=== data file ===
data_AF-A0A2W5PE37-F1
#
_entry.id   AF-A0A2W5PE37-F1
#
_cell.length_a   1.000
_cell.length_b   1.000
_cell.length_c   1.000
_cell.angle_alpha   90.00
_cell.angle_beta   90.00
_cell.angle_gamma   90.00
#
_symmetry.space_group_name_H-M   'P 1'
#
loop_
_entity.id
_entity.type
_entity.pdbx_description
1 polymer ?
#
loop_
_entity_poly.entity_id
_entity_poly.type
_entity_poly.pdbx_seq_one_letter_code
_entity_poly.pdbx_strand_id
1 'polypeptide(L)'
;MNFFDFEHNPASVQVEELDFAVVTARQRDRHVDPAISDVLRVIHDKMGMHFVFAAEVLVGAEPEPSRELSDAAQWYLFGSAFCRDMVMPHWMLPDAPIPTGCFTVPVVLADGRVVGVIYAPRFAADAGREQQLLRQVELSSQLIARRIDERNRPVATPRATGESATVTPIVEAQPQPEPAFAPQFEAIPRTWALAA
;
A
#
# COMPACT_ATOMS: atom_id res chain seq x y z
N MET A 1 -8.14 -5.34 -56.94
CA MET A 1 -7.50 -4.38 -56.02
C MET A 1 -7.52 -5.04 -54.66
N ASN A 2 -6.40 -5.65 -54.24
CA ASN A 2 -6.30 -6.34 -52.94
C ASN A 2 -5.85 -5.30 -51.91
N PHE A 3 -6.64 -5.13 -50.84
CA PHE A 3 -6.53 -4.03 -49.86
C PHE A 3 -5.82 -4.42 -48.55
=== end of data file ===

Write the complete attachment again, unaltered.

data_AF-A0A2W5PE37-F1
#
_entry.id   AF-A0A2W5PE37-F1
#
_cell.length_a   1.000
_cell.length_b   1.000
_cell.length_c   1.000
_cell.angle_alpha   90.00
_cell.angle_beta   90.00
_cell.angle_gamma   90.00
#
_symmetry.space_group_name_H-M   'P 1'
#
loop_
_entity.id
_entity.type
_entity.pdbx_description
1 polymer ?
#
loop_
_entity_poly.entity_id
_entity_poly.type
_entity_poly.pdbx_seq_one_letter_code
_entity_poly.pdbx_strand_id
1 'polypeptide(L)'
;MNFFDFEHNPASVQVEELDFAVVTARQRDRHVDPAISDVLRVIHDKMGMHFVFAAEVLVGAEPEPSRELSDAAQWYLFGSAFCRDMVMPHWMLPDAPIPTGCFTVPVVLADGRVVGVIYAPRFAADAGREQQLLRQVELSSQLIARRIDERNRPVATPRATGESATVTPIVEAQPQPEPAFAPQFEAIPRTWALAA
;
A
#
# COMPACT_ATOMS: atom_id res chain seq x y z
N MET A 1 -8.14 -5.34 -56.94
CA MET A 1 -7.50 -4.38 -56.02
C MET A 1 -7.52 -5.04 -54.66
N ASN A 2 -6.40 -5.65 -54.24
CA ASN A 2 -6.30 -6.34 -52.94
C ASN A 2 -5.85 -5.30 -51.91
N PHE A 3 -6.64 -5.13 -50.84
CA PHE A 3 -6.53 -4.03 -49.86
C PHE A 3 -5.82 -4.42 -48.55